What would happen to the ability of solar panels to generate electricity after an intense freak hailstorm?
I'm all for alternative energies like wind power and solar power, but what will happen now that we have twisted nature to unexpected extremes?
One October day this year we woke up to the effects of a freak hail storm that pelted over 2000 cars breaking windows, snapping off rear-view mirrors and denting any metalwork it landed on, damaged plastic awnings, roof tiles and anything that couldn't withstand the impact. It even left golf ball sized marks on the sidewalks, cleaner than the rest of the area.
How would a society largely dependent on solar panels cope with such a disaster? One town barely coped with replacing all the car windows damaged inside a week.
This question is more a heads up to designers than a slur on the technology. I am a firm believer that every roof that sports a solar panel and/or a small wind turbine is is a firm step in the right direction. Aren't all big things made up of a bunch of smaller parts? The Great Wall of China is made up of stone blocks.
- Anonymous1 decade agoFavorite Answer
i think the panels are ok. You just gotta replace that shiny layer. But its actually ok not to. Its made of a mixture of plastic and silicone. Its durable in my point of view.
- Anonymous5 years ago
Sorry if I don't have all the specifics you asked for, but Sun Power makes the most efficient solar panels on the market, at close to 20% efficiency. They have made cells with up to 25% efficiency in the lab. That doesn't make it the cheapest but means the most watts per square foot. Thin film panels are cheaper to make but not as efficient. They are about half as efficient as conventional silicon panels. First Solar makes the cheapest per watt right now. So I guess that makes them the actuall cheapest manufacturer. They are able to make them cheap enough to beat out the conventional silicon panels on a per watt basis, despite being less efficient. A company called NanoSolar has the price down close to First Solar's price. These are manufacturers. But they do installations and build utility and commercial scale projects. NanoSolar is less far along in commercialization. They have products, but probably need to wait for the stock market to be more favorable for IPOs, so they can go public and raise the money to move up to scale. The other two are already public.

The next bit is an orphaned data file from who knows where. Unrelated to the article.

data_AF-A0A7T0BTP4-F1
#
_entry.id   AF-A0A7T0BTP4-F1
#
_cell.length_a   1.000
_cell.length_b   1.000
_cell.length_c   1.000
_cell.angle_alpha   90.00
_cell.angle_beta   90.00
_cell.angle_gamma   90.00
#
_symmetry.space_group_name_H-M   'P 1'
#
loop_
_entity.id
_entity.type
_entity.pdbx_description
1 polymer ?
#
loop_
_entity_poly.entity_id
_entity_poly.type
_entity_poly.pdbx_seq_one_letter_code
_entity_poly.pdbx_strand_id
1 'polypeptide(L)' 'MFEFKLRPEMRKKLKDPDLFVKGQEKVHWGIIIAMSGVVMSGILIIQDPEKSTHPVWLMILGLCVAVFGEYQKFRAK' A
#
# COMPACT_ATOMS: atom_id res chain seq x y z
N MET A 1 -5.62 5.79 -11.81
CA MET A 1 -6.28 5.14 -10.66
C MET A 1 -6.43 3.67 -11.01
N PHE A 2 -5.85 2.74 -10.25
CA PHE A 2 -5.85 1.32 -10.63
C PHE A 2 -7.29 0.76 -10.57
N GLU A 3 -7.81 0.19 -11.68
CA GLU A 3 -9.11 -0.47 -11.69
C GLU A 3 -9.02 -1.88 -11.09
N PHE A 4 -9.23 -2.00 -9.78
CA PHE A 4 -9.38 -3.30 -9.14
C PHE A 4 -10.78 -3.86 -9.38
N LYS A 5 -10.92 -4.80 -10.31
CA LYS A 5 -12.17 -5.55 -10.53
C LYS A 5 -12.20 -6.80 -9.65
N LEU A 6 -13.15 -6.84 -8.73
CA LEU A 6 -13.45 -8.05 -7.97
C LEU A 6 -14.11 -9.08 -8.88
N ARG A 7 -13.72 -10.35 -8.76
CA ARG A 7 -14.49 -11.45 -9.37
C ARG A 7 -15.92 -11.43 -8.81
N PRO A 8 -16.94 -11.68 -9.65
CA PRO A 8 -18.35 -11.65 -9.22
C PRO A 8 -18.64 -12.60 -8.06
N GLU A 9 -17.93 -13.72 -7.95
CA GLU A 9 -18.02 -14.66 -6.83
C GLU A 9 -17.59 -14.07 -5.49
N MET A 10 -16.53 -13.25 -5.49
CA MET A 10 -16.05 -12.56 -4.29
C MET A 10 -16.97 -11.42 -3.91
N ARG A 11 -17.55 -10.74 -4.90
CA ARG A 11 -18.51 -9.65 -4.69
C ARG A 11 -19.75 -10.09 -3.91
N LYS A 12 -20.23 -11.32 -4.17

- 1 decade ago
I agree, this is a very good question and you've made some wonderful points. I do think this is something that would need to be watched out for and you put it into perspective very cleverly! If we started relying a lot more on solar power as an alternative source of power, I am thinking insurance companies would have to extend coverage to these types of things. After all if anything is installed to a home it becomes "Real Property" instead of "Personal Property" and all "Real Property" is covered under insurance iniciatives.
- How do you think about the answers? You can sign in to vote the answer.
- TillyLv 51 decade ago
You ask a good question and possibly answer it in part.
This is another thing for science and technology to grapple with.
It occured to me that insurance companies would also have to re-adjust how they formulate their policies?